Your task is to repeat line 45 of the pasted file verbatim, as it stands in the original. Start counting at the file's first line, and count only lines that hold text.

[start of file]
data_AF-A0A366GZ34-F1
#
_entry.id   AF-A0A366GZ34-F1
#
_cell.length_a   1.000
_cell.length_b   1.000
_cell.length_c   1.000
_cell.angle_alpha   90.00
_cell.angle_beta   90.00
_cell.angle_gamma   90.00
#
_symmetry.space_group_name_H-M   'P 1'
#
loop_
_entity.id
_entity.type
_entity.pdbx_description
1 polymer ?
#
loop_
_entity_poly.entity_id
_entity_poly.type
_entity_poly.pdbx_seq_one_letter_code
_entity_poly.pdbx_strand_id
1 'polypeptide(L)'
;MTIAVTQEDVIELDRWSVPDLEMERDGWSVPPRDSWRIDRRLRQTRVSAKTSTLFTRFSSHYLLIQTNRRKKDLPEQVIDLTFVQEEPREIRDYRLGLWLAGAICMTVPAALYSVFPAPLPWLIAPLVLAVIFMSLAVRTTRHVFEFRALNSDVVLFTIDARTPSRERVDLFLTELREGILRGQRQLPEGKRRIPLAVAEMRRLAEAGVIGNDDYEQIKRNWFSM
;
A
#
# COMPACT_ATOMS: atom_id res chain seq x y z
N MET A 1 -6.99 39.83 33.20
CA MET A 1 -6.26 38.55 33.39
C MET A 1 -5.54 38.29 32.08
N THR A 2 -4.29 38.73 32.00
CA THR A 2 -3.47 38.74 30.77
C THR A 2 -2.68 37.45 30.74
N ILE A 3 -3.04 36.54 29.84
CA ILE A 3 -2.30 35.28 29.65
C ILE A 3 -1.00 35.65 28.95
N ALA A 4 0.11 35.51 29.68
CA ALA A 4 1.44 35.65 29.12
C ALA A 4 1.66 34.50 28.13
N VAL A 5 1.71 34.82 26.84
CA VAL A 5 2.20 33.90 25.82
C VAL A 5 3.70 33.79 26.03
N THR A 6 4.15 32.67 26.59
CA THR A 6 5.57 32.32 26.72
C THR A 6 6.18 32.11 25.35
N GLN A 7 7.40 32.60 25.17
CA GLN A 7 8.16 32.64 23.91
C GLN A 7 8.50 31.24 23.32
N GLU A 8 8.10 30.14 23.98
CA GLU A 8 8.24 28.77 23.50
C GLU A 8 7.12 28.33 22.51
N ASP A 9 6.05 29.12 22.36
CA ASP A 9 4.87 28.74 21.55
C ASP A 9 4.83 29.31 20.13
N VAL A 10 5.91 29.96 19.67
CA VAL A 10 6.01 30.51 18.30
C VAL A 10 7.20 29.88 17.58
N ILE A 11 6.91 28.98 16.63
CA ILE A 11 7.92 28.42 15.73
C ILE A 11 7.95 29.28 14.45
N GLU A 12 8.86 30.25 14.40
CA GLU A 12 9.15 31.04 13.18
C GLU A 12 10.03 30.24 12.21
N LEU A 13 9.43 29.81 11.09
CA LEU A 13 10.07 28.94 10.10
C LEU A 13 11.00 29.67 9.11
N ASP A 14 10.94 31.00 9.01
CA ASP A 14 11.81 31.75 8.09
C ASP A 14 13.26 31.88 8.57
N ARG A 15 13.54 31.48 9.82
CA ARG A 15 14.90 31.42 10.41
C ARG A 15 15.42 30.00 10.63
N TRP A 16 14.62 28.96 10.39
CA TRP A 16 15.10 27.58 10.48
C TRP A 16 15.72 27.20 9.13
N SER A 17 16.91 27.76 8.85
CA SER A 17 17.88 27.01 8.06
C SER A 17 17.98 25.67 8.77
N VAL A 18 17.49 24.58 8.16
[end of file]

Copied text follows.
C VAL A 5 3.70 33.79 26.03